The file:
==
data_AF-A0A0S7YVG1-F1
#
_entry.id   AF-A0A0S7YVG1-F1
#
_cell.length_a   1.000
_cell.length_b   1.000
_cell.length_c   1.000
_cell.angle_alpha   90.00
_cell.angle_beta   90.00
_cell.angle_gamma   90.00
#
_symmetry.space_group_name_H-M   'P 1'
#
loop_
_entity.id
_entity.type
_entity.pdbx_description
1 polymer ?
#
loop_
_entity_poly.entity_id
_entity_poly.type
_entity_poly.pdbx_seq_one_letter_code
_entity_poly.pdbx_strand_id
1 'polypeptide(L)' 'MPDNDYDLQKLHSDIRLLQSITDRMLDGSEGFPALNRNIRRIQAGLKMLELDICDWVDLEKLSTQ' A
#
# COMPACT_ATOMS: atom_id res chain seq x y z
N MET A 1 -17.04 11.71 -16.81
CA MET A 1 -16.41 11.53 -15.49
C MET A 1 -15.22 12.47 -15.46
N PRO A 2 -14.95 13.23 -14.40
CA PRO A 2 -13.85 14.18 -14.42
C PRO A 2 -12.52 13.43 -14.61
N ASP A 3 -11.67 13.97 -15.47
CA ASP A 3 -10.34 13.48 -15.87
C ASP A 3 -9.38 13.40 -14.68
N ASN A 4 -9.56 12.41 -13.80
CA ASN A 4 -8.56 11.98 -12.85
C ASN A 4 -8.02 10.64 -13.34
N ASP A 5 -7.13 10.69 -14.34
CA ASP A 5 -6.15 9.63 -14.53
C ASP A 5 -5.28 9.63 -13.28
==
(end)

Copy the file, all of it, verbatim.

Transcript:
data_AF-A0A0S7YVG1-F1
#
_entry.id   AF-A0A0S7YVG1-F1
#
_cell.length_a   1.000
_cell.length_b   1.000
_cell.length_c   1.000
_cell.angle_alpha   90.00
_cell.angle_beta   90.00
_cell.angle_gamma   90.00
#
_symmetry.space_group_name_H-M   'P 1'
#
loop_
_entity.id
_entity.type
_entity.pdbx_description
1 polymer ?
#
loop_
_entity_poly.entity_id
_entity_poly.type
_entity_poly.pdbx_seq_one_letter_code
_entity_poly.pdbx_strand_id
1 'polypeptide(L)' 'MPDNDYDLQKLHSDIRLLQSITDRMLDGSEGFPALNRNIRRIQAGLKMLELDICDWVDLEKLSTQ' A
#
# COMPACT_ATOMS: atom_id res chain seq x y z
N MET A 1 -17.04 11.71 -16.81
CA MET A 1 -16.41 11.53 -15.49
C MET A 1 -15.22 12.47 -15.46
N PRO A 2 -14.95 13.23 -14.40
CA PRO A 2 -13.85 14.18 -14.42
C PRO A 2 -12.52 13.43 -14.61
N ASP A 3 -11.67 13.97 -15.47
CA ASP A 3 -10.34 13.48 -15.87
C ASP A 3 -9.38 13.40 -14.68
N ASN A 4 -9.56 12.41 -13.80
CA ASN A 4 -8.56 11.98 -12.85
C ASN A 4 -8.02 10.64 -13.34
N ASP A 5 -7.13 10.69 -14.34
CA ASP A 5 -6.15 9.63 -14.53
C ASP A 5 -5.28 9.63 -13.28